Anxiety: A Threat to the Ego

We have often heard people say that it would be good if they could go back to their mother's womb as that was the safest world, and they did not have to deal with the odds of reality. As a fetus, their needs are satisfied without delay. From that secure environment to suddenly being thrust into the real world where there is so much to perceive at once, the child becomes ill-aware of its surroundings and finds it hard to cope—this unwelcoming change of being put in such a hostile environment account for future reactions to traumatic experiences.

What is Anxiety?

According to Freud, birth trauma is our first encounter with anxiety, which is the fear that arises from a conflict between the id, ego, and superego. The failure to cope with this anxiety and let it escalate to a point where we are in danger of being overwhelmed implies that it has turned traumatic. What Freud meant is that irrespective of age or maturity, we shall certainly be reduced to a faltering state of helplessness that will leave us feeling anxious and threaten the sanctity of the ego. Freud initially reasoned that anxiety was largely sexual in origin. Sexual thoughts and impulses which could not be expressed were repressed and then transformed into some symbolic representation.

Phases of development of the concept of ‘anxiety’ by Sigmund Freud

The earliest theory of anxiety goes as far back as the mid-1890s, when Freud linked anxiety to sexuality, defining it as a sexual excitation that has been transformed into anxiety. This was the toxic phase which argued that when the paths to gratification are blocked, the unsatisfied libidinal energy builds up by taking on a toxic characteristic, only to find its release in anxiety.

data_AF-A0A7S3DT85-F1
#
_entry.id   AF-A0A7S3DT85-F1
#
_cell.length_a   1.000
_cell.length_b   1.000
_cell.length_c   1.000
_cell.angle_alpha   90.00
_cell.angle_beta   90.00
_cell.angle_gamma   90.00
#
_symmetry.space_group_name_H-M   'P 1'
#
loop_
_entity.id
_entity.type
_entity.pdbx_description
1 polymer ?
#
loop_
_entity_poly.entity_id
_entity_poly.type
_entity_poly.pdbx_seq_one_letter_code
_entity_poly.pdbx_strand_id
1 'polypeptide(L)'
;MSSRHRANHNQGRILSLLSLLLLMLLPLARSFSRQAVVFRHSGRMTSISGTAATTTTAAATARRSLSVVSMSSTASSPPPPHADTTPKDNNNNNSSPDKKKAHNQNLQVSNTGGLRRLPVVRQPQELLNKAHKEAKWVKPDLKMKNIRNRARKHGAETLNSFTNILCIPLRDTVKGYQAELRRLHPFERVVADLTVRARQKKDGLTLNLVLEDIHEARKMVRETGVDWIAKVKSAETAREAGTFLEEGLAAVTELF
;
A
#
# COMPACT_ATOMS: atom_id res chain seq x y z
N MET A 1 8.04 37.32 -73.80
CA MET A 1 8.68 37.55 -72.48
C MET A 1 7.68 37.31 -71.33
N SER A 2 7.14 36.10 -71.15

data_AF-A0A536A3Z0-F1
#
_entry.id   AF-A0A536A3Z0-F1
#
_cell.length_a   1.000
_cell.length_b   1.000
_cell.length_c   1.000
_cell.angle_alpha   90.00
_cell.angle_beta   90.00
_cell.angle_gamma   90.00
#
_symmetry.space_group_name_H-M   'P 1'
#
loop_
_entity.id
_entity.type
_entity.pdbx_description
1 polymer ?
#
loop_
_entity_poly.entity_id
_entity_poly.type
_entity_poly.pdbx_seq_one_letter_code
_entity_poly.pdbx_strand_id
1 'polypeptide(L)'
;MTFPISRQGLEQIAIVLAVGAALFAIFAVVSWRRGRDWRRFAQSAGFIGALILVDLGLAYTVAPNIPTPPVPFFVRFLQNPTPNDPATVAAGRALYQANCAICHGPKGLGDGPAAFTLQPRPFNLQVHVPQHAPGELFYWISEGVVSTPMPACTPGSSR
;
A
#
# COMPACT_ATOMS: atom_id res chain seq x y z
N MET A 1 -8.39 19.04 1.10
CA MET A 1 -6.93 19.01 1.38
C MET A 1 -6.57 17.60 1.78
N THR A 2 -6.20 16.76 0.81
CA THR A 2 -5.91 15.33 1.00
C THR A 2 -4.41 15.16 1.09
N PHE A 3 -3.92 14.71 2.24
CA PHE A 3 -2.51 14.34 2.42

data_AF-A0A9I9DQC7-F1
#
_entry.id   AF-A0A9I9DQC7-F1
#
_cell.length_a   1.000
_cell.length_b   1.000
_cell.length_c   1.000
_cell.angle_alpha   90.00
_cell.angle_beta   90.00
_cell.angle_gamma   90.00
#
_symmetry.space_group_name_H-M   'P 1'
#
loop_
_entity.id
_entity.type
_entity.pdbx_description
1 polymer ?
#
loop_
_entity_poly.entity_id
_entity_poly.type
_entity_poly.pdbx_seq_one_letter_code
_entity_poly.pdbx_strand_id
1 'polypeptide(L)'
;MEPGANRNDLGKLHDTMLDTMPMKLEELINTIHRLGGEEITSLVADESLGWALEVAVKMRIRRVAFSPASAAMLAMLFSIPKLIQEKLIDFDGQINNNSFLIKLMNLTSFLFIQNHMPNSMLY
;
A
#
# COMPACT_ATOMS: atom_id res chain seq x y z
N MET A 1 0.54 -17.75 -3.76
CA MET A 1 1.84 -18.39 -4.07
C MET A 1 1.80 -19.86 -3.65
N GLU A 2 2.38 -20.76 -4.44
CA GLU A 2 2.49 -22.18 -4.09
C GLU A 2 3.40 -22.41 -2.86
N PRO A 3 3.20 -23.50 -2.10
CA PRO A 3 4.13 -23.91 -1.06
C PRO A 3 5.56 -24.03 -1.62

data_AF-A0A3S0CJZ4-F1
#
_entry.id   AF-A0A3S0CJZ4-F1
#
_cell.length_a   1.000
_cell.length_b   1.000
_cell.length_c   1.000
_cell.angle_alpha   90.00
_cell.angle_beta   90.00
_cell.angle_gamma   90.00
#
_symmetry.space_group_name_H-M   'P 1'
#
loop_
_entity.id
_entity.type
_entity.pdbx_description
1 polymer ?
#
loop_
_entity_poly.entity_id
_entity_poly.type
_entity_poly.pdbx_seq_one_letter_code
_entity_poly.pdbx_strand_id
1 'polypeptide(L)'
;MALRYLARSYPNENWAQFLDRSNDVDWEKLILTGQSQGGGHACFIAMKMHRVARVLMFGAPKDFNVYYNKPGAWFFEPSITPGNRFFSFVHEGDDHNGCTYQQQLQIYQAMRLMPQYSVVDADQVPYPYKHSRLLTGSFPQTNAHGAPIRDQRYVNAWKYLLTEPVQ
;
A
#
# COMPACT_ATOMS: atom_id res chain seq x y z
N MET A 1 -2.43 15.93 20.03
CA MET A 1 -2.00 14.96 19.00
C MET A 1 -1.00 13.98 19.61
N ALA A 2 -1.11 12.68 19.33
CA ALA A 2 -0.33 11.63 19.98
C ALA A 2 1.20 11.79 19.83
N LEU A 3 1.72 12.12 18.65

From that, Freud defined anxiety as a phenomenon arising out of repression, which occurs when society's moral codes thwart sexual urges. His 'toxic theory' was thus modified to include internal blocks to sexual release well instead of focusing on just the external ones.

After initially viewing anxiety as a modified libido, Freud started to develop a new and quite different theory of anxiety in the late 1920s. This was the third phase. Here, he made an important dichotomy between:

  • Automatic Anxiety: A more primary type of traumatic and reality-oriented anxiety wherein the 'helpless ego' is overwhelmed. It is an affective reaction elicited during such traumatic experiences and can be traced back to the difficult transition of the psychic system experiencing a host of new stimuli when the child is born.

  • Signal Anxiety: This can be understood in the ego's responses to situations of danger where it is a warning sign of impending danger or traumatic situations so that defensive measures can be activated to safeguard against them.

This final phase gives anxiety a much more central place in the workings of the psyche: instead of being a kind of side-effect of repression, it was now possible to think of the very contours of the mind itself, with its defenses and symptoms, as above all a means of avoiding anxiety.

Types of Anxiety

Freud proposed three different types of anxiety:

  • Reality Anxiety
  • Neurotic Anxiety
  • Moral Anxiety